- The spinoff of Dell from VMware is long-term good for VMware customers.
- Enterprise IT buyers and enterprise IT rivals to Dell need make no changes for the immediate future.
On April 15, 2021, Dell announced plans to spin off its VMware business, which will likely net Dell around $9 billion (USD) that it can used to pay down debt or go on an acquisition spree. Dell currently owns 81% of VMware, which it gained during its acquisition of EMC in 2015. Beyond the obvious need to reduce its debt, it is widely believed that VMware (which still had its own stock) and Dell will both have higher values when they are evaluated as separate entities. Michael Dell will remain chairman of the board for both companies.
Meaning for Enterprise IT Buyers
One of the defining characteristics of VMware since the beginning has been its agnostic nature, regardless of the hardware. You could even go so far as to say that VMware doesn’t consider hardware important – other than what hardware needs to do in order to run VMware software. This position was always a comfort for enterprise IT buyers, who could count on being able to use their favored IT brand of storage, networking, and servers. When it was acquired by Dell, VMware was left as a semi-independent company, with its own stock, board of directors, and management structure separate from Dell, despite Dell’s majority ownership. In contrast, VMware’s former parent, EMC, was fully engulfed by Dell. The arrangement that left VMware still more or less independent was thought to be a move to assuage fears of both VMware customers and other VMware hardware partners such as HPE and Lenovo. These other vendors were concerned that their long-standing relationships with VMware would be curtailed or eliminated in favor of Dell hardware. VMware customers were concerned they would be pushed via bundling deals or licensing changes towards Dell hardware.
Those enterprise IT fears, while not completely dispelled, should be reduced with the spinout of VMware. As part of the deal, Dell and VMware have signed a five-year commercial contract where they will still work closely together on technology development, sales, and marketing. That’s not great news in terms of keeping VMware from becoming too Dell-centric, but the reality is that VMware, as an independent company, should be free to pursue other deals and relationships with rival hardware vendors. It may also help to avoid potential friction between Dell and partners which offer alternative data center platforms to that of VMware, notably Microsoft, Red Hat, and Nutanix. Of course, a lot of this hinges on leadership at VMware, which is searching for a new CEO. With Michael Dell no doubt involved in the search, it’s not outside the realm of imagination to assume that the new CEO will be Dell-friendly.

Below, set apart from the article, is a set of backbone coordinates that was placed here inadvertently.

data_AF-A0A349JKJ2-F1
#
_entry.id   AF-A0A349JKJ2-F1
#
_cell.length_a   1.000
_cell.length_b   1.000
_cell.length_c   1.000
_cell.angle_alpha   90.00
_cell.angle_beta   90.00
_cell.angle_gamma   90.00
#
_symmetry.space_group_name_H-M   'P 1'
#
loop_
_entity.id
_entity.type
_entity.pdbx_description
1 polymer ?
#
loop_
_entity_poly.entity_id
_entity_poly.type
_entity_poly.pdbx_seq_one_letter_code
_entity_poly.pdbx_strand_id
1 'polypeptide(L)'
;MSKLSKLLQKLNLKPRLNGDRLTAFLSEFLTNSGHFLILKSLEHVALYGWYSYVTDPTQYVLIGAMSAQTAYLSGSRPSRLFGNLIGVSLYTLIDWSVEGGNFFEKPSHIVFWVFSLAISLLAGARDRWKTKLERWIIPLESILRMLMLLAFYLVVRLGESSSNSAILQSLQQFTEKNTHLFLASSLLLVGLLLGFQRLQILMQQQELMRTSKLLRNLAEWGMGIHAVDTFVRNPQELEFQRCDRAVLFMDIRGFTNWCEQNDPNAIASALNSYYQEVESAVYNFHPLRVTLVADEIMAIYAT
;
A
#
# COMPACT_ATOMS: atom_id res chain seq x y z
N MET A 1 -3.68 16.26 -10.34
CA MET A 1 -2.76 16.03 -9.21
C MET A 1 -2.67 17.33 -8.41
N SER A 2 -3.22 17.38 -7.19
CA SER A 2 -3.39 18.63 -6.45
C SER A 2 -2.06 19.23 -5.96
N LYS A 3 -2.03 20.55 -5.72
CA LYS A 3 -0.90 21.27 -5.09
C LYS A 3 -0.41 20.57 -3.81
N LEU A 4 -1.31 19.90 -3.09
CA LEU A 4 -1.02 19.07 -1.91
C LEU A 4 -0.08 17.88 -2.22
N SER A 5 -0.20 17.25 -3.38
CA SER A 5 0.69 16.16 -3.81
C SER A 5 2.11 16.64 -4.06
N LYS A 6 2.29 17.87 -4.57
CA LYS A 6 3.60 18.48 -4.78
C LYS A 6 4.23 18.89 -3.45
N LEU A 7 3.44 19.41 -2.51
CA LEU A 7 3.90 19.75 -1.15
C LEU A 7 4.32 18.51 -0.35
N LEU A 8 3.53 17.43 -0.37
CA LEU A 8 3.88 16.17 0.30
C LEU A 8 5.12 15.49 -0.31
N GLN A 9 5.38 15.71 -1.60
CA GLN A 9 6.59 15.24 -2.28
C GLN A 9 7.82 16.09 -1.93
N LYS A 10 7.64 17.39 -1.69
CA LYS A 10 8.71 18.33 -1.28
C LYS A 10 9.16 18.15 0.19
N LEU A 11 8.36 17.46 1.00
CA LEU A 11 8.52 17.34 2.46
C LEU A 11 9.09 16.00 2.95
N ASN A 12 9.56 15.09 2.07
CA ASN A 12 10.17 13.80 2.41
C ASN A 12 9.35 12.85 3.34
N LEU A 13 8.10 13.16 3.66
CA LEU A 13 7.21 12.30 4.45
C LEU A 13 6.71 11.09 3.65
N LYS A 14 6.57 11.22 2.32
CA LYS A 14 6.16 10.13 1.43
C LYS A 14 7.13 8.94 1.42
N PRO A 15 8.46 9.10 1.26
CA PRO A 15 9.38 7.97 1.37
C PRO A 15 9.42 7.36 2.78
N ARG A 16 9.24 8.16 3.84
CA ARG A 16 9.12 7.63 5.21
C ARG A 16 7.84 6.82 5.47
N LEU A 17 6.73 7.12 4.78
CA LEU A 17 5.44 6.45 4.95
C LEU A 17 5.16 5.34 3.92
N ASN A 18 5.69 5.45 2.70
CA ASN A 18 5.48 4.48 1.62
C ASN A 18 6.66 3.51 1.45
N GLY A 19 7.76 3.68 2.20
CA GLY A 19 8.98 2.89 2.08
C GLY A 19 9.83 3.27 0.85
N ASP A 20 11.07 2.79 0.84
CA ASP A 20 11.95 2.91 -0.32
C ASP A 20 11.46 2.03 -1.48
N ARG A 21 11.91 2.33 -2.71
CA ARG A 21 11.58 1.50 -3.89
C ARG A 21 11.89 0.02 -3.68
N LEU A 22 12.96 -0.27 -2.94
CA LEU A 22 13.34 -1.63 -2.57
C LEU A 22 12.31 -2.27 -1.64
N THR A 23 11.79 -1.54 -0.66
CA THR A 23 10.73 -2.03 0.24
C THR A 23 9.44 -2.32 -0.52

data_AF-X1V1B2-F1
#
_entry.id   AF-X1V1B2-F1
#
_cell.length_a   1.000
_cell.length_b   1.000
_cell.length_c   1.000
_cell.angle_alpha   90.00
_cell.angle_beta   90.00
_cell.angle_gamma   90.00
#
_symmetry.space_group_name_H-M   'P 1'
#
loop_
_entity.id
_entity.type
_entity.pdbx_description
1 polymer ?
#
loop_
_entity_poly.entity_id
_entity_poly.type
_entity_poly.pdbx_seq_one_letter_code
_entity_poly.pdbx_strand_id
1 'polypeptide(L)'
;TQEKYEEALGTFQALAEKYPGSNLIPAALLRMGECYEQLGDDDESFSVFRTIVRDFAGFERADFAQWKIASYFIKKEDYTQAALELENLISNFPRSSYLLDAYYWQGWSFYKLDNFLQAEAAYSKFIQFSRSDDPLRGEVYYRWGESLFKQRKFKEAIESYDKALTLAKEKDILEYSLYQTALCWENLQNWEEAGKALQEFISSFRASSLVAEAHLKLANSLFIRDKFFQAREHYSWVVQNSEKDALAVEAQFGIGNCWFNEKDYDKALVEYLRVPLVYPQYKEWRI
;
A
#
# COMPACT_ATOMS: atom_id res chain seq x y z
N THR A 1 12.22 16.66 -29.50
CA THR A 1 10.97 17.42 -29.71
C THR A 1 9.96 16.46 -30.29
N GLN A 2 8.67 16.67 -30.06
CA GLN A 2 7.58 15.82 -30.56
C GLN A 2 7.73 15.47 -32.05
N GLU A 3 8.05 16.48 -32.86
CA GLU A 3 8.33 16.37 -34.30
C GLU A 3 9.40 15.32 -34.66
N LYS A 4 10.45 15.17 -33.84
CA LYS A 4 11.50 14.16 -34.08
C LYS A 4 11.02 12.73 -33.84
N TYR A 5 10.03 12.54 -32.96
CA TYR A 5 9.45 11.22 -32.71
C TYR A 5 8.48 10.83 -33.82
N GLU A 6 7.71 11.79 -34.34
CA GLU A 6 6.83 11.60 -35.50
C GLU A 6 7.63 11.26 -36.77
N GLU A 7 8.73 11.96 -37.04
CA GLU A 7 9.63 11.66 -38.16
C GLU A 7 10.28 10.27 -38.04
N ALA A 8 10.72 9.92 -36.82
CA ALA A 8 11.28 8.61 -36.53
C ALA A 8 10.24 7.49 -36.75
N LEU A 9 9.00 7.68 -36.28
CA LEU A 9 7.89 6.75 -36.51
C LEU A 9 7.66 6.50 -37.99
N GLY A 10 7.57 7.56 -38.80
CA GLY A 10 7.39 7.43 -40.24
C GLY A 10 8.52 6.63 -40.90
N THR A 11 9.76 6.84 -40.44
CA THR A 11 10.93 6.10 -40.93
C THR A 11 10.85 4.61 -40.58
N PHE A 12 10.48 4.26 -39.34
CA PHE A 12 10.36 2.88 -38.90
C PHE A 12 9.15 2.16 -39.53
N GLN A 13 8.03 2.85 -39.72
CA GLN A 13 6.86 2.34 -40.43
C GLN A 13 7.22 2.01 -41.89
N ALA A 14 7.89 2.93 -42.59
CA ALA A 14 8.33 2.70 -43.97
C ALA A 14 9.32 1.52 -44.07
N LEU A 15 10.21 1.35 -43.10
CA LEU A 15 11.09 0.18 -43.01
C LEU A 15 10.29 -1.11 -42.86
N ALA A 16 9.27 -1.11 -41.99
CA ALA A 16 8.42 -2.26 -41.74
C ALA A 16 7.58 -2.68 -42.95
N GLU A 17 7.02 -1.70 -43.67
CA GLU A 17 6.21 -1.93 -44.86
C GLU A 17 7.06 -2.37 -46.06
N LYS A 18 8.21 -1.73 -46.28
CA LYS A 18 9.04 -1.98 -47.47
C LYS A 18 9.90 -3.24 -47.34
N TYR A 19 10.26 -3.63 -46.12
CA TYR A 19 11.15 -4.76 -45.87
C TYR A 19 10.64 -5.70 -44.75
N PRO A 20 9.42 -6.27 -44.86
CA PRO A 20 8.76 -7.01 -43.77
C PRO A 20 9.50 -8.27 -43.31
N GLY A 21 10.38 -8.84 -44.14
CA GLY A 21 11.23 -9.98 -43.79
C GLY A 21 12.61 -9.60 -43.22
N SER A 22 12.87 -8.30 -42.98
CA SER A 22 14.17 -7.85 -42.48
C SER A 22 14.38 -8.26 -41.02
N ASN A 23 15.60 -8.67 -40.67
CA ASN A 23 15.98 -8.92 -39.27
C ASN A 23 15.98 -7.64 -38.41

At the end of the day, the advice for enterprise buyers is easy to follow: proceed as normal. This deal will result in no real changes in the short term. Dell and VMware are still working closely together. The long-term prospects for VMware remaining hardware-agnostic have improved. Of course, there may be changes when VMware selects a new CEO; that individual will no doubt put their stamp on the company. VMware customers should not be particularly worried about their investment in VMware; there is actually cause for optimism, as VMware will be able to pursue new opportunities as an independent company.
Meaning for Enterprise Vendors
The five-year agreement between VMware and Dell for technology, marketing, and sales isn’t great news for rival vendors, but there are some upsides. VMware, once it is fully independent and has a new CEO, should be more open to deeper partnerships with other enterprise IT vendors. Rivals to Dell can pursue deeper cooperation, and while it is unlikely they will get a deal as sweet as the one Dell created for itself, there will be better opportunities to partner with VMware. But for right now, it’s business as usual.